If you want to build a house, you should take certain actions and should not take others. Some actions are good and some are bad for your goal. The same is true for the ultimate goal - our own life and the enjoyment of it.

Notice that once the need has been identified - Ethics becomes a scientific matter. It requires a careful study of generations of human beings - the behaviors that promote their well being and the behaviors that inhibit or destroy it. It is a study that must identify our nature and needs, and provide principles accordingly.

Ethics is not empirical - just as building a table is not empirical. One indeed makes several trials building a table - but over the trials one discovers the proper principles of building it.

Similarly, ethics is not about measuring the gross domestic product of a society and recording the behavior of the majority of people living in it. It involves identification of the principles of behavior that lead to the success of an individual and a society. These principles are timeless, they always "work" given their context (that life, choice and happiness are possible).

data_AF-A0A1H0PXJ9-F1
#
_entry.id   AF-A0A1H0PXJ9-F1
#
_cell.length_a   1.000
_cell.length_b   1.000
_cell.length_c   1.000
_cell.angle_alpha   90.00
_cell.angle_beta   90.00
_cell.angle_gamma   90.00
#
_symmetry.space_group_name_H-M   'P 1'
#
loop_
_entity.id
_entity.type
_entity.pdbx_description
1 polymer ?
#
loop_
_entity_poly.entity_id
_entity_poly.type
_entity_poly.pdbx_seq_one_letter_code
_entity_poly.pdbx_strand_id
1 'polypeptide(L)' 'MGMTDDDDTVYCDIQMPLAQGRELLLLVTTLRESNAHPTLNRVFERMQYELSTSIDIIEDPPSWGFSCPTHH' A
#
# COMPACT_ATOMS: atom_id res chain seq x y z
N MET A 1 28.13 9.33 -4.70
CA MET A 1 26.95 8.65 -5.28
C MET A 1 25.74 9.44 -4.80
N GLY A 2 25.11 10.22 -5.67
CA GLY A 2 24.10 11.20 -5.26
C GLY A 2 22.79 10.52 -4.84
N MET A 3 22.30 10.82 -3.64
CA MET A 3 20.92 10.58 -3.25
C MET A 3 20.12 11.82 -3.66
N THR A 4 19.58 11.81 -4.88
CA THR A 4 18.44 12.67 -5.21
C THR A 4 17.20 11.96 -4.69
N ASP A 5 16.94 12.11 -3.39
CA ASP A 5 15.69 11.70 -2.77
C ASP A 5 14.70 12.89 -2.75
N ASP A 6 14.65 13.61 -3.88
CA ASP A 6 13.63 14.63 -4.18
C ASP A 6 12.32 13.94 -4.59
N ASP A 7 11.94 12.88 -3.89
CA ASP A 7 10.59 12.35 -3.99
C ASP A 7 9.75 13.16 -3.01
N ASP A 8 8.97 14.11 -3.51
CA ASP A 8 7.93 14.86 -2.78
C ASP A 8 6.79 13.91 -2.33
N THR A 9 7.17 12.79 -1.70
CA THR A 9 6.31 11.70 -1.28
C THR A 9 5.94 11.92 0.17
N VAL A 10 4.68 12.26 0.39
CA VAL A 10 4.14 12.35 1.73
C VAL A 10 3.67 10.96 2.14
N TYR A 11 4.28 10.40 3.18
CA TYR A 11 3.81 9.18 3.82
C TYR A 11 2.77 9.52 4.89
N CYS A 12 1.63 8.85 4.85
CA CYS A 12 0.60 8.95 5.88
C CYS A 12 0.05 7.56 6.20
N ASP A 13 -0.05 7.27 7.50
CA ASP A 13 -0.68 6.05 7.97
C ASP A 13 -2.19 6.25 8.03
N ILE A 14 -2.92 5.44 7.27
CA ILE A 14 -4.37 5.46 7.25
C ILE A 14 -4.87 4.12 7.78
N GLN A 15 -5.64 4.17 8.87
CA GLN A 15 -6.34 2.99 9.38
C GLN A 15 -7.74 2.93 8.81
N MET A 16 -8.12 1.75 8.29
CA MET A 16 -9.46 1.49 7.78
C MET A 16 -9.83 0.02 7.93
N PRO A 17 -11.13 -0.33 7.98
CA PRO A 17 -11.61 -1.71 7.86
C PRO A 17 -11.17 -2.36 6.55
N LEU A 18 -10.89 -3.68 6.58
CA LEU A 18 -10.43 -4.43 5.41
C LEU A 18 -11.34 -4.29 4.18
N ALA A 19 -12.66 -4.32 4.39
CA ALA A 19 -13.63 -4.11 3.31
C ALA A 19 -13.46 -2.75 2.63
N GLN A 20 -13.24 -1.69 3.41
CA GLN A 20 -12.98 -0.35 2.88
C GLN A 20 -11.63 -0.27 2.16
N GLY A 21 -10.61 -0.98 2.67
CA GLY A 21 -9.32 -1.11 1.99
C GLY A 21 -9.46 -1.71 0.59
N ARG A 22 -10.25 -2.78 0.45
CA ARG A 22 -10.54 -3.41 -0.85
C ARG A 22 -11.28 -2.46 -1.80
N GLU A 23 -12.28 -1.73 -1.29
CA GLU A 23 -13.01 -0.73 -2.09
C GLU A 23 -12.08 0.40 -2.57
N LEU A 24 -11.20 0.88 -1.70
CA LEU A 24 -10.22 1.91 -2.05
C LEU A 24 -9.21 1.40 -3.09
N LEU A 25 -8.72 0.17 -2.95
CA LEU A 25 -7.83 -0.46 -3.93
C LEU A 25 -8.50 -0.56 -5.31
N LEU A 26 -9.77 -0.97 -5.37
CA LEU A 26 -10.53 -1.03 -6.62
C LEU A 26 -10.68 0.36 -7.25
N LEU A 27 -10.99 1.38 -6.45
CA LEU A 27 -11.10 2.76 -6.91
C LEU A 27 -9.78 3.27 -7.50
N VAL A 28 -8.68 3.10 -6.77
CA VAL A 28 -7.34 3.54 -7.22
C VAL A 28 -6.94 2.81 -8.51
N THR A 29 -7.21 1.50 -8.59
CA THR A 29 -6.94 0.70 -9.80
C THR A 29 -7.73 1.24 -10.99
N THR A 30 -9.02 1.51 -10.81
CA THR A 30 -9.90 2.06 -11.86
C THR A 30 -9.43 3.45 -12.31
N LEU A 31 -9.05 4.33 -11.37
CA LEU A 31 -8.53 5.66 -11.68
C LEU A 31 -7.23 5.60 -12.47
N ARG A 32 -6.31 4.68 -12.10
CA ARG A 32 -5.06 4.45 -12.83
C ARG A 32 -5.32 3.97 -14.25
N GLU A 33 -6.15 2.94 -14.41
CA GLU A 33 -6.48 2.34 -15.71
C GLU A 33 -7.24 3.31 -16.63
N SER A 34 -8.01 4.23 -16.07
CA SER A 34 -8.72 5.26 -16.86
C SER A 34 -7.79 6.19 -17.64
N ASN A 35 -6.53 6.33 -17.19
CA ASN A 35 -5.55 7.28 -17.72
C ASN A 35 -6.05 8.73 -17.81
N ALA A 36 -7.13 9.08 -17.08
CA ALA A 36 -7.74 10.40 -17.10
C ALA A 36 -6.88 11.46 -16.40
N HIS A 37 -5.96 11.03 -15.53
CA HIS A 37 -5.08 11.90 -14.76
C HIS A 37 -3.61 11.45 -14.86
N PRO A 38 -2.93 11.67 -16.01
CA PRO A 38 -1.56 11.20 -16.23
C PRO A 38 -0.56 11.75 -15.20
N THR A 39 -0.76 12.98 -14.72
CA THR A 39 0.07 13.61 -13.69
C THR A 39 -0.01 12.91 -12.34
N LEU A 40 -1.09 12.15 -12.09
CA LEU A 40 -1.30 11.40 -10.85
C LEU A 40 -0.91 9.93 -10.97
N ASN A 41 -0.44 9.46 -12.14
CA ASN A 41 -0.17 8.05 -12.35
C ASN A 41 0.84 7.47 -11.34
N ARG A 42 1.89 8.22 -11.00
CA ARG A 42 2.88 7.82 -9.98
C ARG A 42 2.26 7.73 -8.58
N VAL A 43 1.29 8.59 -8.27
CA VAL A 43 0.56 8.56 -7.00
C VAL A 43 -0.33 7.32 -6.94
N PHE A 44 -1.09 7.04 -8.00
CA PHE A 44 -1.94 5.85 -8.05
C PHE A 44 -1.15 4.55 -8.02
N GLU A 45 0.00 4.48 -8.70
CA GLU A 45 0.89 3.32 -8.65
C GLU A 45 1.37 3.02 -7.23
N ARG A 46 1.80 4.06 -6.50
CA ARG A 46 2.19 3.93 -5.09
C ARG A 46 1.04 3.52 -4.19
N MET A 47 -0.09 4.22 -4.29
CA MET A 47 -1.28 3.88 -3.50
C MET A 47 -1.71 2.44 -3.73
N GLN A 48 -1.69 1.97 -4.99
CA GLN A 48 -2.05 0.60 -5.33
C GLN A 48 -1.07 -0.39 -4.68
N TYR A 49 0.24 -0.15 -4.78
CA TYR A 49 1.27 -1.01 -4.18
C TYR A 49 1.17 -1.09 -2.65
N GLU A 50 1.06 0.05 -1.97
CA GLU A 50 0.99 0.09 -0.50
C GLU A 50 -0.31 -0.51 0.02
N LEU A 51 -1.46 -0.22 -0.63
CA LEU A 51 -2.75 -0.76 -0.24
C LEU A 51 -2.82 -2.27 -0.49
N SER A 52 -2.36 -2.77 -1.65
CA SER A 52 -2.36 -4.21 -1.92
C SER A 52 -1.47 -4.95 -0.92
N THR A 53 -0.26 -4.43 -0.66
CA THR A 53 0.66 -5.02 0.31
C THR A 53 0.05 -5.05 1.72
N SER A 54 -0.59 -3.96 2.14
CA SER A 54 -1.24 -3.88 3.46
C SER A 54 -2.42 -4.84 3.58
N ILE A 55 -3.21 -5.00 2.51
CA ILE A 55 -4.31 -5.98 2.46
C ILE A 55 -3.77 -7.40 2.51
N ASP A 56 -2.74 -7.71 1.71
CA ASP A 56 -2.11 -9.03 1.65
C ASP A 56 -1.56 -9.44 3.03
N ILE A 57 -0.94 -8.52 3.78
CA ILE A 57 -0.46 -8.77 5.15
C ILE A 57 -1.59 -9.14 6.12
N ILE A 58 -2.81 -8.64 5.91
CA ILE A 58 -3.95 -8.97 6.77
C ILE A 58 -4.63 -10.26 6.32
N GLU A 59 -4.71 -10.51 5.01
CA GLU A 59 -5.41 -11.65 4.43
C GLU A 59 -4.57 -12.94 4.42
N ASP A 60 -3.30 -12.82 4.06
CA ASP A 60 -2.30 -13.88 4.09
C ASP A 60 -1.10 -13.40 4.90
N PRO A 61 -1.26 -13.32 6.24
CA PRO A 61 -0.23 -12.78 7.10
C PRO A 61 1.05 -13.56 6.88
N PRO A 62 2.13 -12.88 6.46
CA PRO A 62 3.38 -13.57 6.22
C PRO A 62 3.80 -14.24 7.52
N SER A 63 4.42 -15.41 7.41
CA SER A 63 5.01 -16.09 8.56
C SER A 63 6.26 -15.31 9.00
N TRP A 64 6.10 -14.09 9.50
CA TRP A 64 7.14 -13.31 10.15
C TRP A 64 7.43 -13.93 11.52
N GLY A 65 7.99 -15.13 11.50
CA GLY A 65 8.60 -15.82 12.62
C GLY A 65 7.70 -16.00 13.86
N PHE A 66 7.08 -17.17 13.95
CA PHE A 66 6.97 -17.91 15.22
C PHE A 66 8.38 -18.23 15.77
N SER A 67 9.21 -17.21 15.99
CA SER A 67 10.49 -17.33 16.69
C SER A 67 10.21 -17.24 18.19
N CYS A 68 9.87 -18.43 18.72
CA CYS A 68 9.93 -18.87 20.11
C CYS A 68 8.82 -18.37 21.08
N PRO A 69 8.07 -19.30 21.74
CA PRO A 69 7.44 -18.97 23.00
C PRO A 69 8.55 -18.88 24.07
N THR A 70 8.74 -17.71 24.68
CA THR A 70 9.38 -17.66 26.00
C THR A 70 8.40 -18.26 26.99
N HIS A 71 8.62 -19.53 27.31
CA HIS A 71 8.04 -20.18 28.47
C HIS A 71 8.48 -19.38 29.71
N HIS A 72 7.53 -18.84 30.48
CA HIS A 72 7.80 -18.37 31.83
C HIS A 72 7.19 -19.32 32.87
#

Let's summarize: The need for ethics comes from the fact that we need to make decisions, and that our decisions influence our sensations, feelings and survival. If we wish to live, we need to act. Ethics therefore is a science that identifies the principles that best serve this goal.

Let's look at some examples. What method is best to make decisions? Is it our emotions, or our reasoning mind? Do we need to seek the truth, or is it best to indulge in self-illusions? These are fundamental questions and as such belong to the field of ethics.

Ethics does not prescribe every single decision one makes. It does not prescribe the method to brush one's teeth - but it will tell you that your health is a value that needs to be maintained. The details are up to a more specialized or specific study. Ethics won't tell you how to play chess - it will only evaluate the value of thought provoking games for you, and their role in life.

Ever had to decide between preparing for an important exam and going out for a movie? To make this decision, one must turn to basic principles: Do I decide by what provokes the strongest emotion or by reason? Do I decide by what I know is good for the long run? Should I even be doing something which is unpleasant for me at all? "live like there is no tomorrow" is a philosophical, ethical guideline (good or bad). One needs ethics whether one wants it or not, so long as one chooses to live.

Why choose to live? Because this is the only way for us to experience any pleasure. Pleasure is what we are driven by, by our nature. This is why suicide is only committed by depressed individuals, and not as a matter of a meaningless arbitrary choice. We all know that by living we can have everything, and in death there is nothing at all.